Are the dimensions of the Visitor Centre too great, or at least the surrounding walls too forbidding? These are questions that not even Noura al Sayeh, head of the Architecture department at the Ministry of Culture of Bahrain, finds it easy to answer. Well known as the curator of the country’s contribution to the 2010 Biennale, she believes that in the last few decades people have experienced the privatisation of public areas, or those accessible to the public, and for this reason they still refuse to accept the offer of newly created public spaces.
The inhibition threshold would be high – so she declared in an interview – and the inhabitants at first would avoid even the small urban squares of the Pearling Path. Precisely for this reason a broad offering of events is planned above all in the building of the Visitor Centre, to gradually overcome this resistance through participation. The surrounding walls, on the other hand, are necessary to protect the ruins and excavations from damage.
The ambiguous significance of the structure prompts visitors to try and understand what they can or ought to do here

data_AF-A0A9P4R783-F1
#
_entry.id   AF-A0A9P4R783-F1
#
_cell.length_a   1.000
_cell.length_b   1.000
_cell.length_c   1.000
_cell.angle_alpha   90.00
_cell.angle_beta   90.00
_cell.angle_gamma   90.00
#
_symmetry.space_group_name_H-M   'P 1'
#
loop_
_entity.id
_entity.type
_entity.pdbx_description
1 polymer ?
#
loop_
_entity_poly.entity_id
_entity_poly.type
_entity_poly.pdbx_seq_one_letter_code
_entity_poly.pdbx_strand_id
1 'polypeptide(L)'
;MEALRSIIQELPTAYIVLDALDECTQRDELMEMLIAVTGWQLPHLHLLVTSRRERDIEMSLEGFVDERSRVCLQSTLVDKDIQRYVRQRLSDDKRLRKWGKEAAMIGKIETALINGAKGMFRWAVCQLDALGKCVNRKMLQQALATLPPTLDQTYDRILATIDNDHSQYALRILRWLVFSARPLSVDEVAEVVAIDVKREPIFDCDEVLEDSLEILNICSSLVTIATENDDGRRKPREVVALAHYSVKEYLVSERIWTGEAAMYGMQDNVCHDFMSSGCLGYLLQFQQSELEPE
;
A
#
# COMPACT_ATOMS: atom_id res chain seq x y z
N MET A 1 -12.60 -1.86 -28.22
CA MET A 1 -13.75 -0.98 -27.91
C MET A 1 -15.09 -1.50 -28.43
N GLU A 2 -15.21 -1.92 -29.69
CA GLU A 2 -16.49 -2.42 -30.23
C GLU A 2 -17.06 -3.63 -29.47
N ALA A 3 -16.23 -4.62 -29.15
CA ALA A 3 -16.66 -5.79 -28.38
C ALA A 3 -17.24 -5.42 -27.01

In comparison with the large scale of Olgiati’s architecture, the Pearling Path also ends up seeming almost inconspicuous. However, its ambition is great. “The project both highlights the town’s pearling history and aims to re-balance its demographic makeup, enticing local families back through improvements of the environment and the provision of community and cultural venues,” reads the project description that was the basis for the prestigious Aga Khan Award for Architecture 2019. The Path as such was created by the Belgian practice Office Kersten Geers David Van Severen. The architects have marked the path with lamps spaced out at irregular distances along the route, above all at corners and intersections. Then the practice created sixteen squares, small in size but large by their urban effect. For the squares, their furnishings and the illuminating stelae that line the route, the architects used Venetian seminato in mother-of-pearl encrusted concrete flooring, commemorating the “path of pearls” as a reminder of the city’s past economy.
In any case, the excellent central position of the Visitor Centre is not only an opportunity but also a pledge that it will play a significant role in the urban structure of Muharraq. First of all for its inhabitants, seeking a new and lasting role for their city in a constantly changing world.
- Pearling Site
- visitor center
- Valerio Olgiati
- Design team:
- Sofia Albrigo (project manager), Anthony Bonnici
- General contractor:
- Almoayyed Contracting Group
- Local architect:
- Emaar Engineering
- Bahrain Authority of Culture and Antiquities
- Muharraq, Bahrain
- Built area:
- 6,726 sqm